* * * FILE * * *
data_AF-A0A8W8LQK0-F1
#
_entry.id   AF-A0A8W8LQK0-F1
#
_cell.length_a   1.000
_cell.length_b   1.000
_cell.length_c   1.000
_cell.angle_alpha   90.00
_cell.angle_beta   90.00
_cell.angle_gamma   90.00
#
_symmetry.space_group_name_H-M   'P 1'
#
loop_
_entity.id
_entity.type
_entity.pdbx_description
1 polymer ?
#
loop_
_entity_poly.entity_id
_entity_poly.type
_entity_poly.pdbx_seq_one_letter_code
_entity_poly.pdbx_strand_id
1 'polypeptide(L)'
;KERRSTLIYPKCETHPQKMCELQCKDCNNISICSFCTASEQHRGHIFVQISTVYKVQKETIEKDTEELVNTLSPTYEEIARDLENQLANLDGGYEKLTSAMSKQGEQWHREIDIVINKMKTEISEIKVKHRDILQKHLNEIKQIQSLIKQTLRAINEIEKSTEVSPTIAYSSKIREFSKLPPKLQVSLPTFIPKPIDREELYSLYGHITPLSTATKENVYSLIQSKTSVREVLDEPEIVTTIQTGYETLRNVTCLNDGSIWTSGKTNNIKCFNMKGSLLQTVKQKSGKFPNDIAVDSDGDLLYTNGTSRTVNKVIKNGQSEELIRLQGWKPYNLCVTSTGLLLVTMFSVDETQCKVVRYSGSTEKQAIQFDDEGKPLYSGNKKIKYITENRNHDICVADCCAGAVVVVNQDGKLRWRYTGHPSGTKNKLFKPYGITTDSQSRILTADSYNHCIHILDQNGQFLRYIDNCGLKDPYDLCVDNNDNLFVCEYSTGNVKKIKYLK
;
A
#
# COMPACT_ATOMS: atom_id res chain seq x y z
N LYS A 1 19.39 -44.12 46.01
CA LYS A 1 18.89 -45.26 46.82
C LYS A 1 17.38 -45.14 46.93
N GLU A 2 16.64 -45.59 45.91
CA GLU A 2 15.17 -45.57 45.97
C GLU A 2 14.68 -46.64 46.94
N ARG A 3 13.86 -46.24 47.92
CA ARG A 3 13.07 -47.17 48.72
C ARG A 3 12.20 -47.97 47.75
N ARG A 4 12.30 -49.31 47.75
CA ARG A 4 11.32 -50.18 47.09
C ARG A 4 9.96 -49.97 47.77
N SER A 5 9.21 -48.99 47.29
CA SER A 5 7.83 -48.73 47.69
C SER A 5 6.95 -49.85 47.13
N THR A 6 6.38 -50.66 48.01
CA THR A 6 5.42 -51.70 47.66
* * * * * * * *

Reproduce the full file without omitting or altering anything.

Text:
data_AF-A0A8W8LQK0-F1
#
_entry.id   AF-A0A8W8LQK0-F1
#
_cell.length_a   1.000
_cell.length_b   1.000
_cell.length_c   1.000
_cell.angle_alpha   90.00
_cell.angle_beta   90.00
_cell.angle_gamma   90.00
#
_symmetry.space_group_name_H-M   'P 1'
#
loop_
_entity.id
_entity.type
_entity.pdbx_description
1 polymer ?
#
loop_
_entity_poly.entity_id
_entity_poly.type
_entity_poly.pdbx_seq_one_letter_code
_entity_poly.pdbx_strand_id
1 'polypeptide(L)'
;KERRSTLIYPKCETHPQKMCELQCKDCNNISICSFCTASEQHRGHIFVQISTVYKVQKETIEKDTEELVNTLSPTYEEIARDLENQLANLDGGYEKLTSAMSKQGEQWHREIDIVINKMKTEISEIKVKHRDILQKHLNEIKQIQSLIKQTLRAINEIEKSTEVSPTIAYSSKIREFSKLPPKLQVSLPTFIPKPIDREELYSLYGHITPLSTATKENVYSLIQSKTSVREVLDEPEIVTTIQTGYETLRNVTCLNDGSIWTSGKTNNIKCFNMKGSLLQTVKQKSGKFPNDIAVDSDGDLLYTNGTSRTVNKVIKNGQSEELIRLQGWKPYNLCVTSTGLLLVTMFSVDETQCKVVRYSGSTEKQAIQFDDEGKPLYSGNKKIKYITENRNHDICVADCCAGAVVVVNQDGKLRWRYTGHPSGTKNKLFKPYGITTDSQSRILTADSYNHCIHILDQNGQFLRYIDNCGLKDPYDLCVDNNDNLFVCEYSTGNVKKIKYLK
;
A
#
# COMPACT_ATOMS: atom_id res chain seq x y z
N LYS A 1 19.39 -44.12 46.01
CA LYS A 1 18.89 -45.26 46.82
C LYS A 1 17.38 -45.14 46.93
N GLU A 2 16.64 -45.59 45.91
CA GLU A 2 15.17 -45.57 45.97
C GLU A 2 14.68 -46.64 46.94
N ARG A 3 13.86 -46.24 47.92
CA ARG A 3 13.07 -47.17 48.72
C ARG A 3 12.20 -47.97 47.75
N ARG A 4 12.30 -49.31 47.75
CA ARG A 4 11.32 -50.18 47.09
C ARG A 4 9.96 -49.97 47.77
N SER A 5 9.21 -48.99 47.29
CA SER A 5 7.83 -48.73 47.69
C SER A 5 6.95 -49.85 47.13
N THR A 6 6.38 -50.66 48.01
CA THR A 6 5.42 -51.70 47.66